Devon and Cornwall PEEL 2017
How legitimate is the force at keeping people safe and reducing crime?
Devon and Cornwall Police is judged to be good at how legitimately it keeps people safe and reduces crime. For the areas of legitimacy we looked at this year, our overall judgment is the same as last year. The force is judged to be good at treating all of the people it serves with fairness and respect and good at treating its workforce with fairness and respect. However, it is judged as requiring improvement at ensuring its workforce behaves ethically and lawfully.
The importance of treating people with fairness and respect is reflected well in the Devon and Cornwall Police mission statement. The force works hard to ensure that its officers and staff understand the need, and are trained to provide, a good service to the public. There are various internal and public scrutiny processes that monitor how officers and staff interact with the public. These work well, but the force needs to continue improving the way it manages the oversight of how coercive powers are used. In particular, the force needs to maintain a strong focus on monitoring how its staff use and record their stop and search powers and make use of body-worn video footage as it becomes more widely available.
The commitment to developing a strong ethical culture in the force is evident. Leaders at all levels promote the need to make policing decisions that are ethical and lawful and the workforce is able to recognise different forms of discrimination. It is relatively easy for the public to make a complaint about Devon and Cornwall Police and complaints are generally managed to an acceptable standard. However, improvements need to be made in the quality of discrimination investigations, how complainants are kept updated, and ensuring that all appropriate cases are referred to the IPCC.
There are established and well-used processes by which the workforce can provide feedback and challenge to the force leadership which means that their concerns are identified and resolved. The force understands that its workforce is not representative of the wider community, and is taking action to increase representation of people with different backgrounds across the organisation, but it has more to do. Elements of the way that the force treats its workforce are outstanding. The force takes wellbeing seriously and acts positively to identify, understand and respond to the workforce’s wellbeing needs. The majority of the workforce has responded positively and there is good engagement with the wellbeing agenda. However, the force needs to improve some of its other people management activity (most notably individual performance assessment), which is not as effective as it needs to be.
To what extent does the force treat all of the people it serves with fairness and respect?
The force is good in the way it treats the people it serves with fairness and respect. Leaders demonstrate a commitment to treating people fairly and ethically. Officers and staff are mostly well-trained, understand how to communicate effectively and use their coercive powers fairly. They are aware of unconscious bias and how it can affect their dealings with the public. Use of force monitoring takes place, but recent changes have not yet shown any benefit. The force reviews its stop and search activity in a number of ways, but monitoring remains incomplete pending the routine availability of body-worn video footage. Officers need to demonstrate they understand stop and search grounds and know how to record them properly.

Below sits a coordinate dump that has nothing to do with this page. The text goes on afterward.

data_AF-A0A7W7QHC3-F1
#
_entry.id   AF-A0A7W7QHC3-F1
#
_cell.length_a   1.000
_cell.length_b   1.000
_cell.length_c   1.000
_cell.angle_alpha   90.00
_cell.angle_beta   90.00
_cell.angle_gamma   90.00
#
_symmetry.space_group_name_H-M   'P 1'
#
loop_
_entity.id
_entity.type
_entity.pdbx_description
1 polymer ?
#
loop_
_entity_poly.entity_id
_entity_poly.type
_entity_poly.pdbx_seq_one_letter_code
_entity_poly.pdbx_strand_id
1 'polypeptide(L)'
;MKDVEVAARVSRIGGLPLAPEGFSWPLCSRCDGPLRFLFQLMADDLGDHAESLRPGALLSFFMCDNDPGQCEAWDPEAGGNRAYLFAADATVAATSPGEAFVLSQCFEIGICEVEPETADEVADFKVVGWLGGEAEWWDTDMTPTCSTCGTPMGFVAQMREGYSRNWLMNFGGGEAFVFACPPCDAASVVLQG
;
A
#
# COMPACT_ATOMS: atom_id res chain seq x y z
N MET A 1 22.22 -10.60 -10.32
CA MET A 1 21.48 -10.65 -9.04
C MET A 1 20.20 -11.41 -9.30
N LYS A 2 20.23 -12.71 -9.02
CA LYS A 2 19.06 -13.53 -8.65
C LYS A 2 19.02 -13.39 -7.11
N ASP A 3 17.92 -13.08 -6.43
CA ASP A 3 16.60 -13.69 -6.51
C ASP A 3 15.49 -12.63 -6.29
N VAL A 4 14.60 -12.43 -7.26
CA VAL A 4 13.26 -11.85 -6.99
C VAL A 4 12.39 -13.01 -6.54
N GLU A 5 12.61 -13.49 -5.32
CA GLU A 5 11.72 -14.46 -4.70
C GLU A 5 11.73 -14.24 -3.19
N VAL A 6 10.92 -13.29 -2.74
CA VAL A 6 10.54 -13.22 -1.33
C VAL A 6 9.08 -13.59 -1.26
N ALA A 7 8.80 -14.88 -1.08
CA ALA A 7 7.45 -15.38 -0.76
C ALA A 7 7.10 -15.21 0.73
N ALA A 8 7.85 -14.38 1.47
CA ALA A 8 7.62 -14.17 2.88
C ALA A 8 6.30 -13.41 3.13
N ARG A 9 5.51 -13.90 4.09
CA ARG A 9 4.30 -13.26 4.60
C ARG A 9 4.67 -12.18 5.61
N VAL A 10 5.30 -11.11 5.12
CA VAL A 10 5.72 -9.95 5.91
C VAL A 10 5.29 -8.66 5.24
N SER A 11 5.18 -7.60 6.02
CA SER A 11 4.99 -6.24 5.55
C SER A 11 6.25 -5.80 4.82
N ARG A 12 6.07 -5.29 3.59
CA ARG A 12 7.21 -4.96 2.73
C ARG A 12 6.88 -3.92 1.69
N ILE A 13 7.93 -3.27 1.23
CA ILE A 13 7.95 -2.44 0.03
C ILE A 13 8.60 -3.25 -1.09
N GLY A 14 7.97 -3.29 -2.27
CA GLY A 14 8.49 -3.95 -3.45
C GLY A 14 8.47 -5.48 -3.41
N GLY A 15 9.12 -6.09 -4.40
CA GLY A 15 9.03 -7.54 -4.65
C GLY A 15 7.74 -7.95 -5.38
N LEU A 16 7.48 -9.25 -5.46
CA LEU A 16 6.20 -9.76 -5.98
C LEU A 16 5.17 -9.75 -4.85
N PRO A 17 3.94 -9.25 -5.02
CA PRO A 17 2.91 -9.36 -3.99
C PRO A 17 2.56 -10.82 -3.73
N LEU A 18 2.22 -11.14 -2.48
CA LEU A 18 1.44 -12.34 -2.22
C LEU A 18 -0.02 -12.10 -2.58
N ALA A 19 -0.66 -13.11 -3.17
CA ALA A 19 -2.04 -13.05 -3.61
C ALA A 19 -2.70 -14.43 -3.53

Areas for improvement
- The force should ensure that all stop and search records have reasonable grounds recorded.
How well does the force ensure that its workforce behaves ethically and lawfully?
Devon and Cornwall Police has areas of good practice in how it ensures its workforce behaves ethically and lawfully, but needs to make improvements in how it deals with complaints and discrimination allegations. Leaders are clear and visible in the promotion of ethical conduct and decision making based upon ethical judgments is evident across the force.
Staff training and force systems mean that the public can make a complaint against the force relatively easily, but more information needs to be made available in public areas of police stations. Workforce awareness of potential discrimination is high, but the force needs to improve the way that it investigates discrimination allegations, the way that it keeps complainants updated and ensure that all relevant referrals are made to the IPCC.
Areas for improvement
- The force should ensure that all allegations of discrimination are investigated to a consistent and acceptable standard following IPCC guidelines.
- The force should improve the quality and timeliness of updates to complainants in line with IPCC statutory guidance.
To what extent does the force treat its workforce with fairness and respect?
Overall, Devon and Cornwall police is good at treating its workforce with fairness and respect. It has well-functioning feedback and challenge processes between the workforce and senior leaders. The force has resources and activity in place to address disproportionality in recruitment, retention and promotion. Its approach to wellbeing is outstanding. The financial and human investment is significant and well-planned, demonstrating the importance the force attaches to this subject. Wellbeing leadership is evident at all levels, with new approaches to old problems and tangible cultural change in the workplace. However, the force needs to improve some of its other people-management processes, most notably individual performance assessment (PDR), which are not as fair or effective as they need to be.
Areas for improvement
- The force needs to improve the management of its PDR process to increase its understanding of workforce performance, development and outcomes.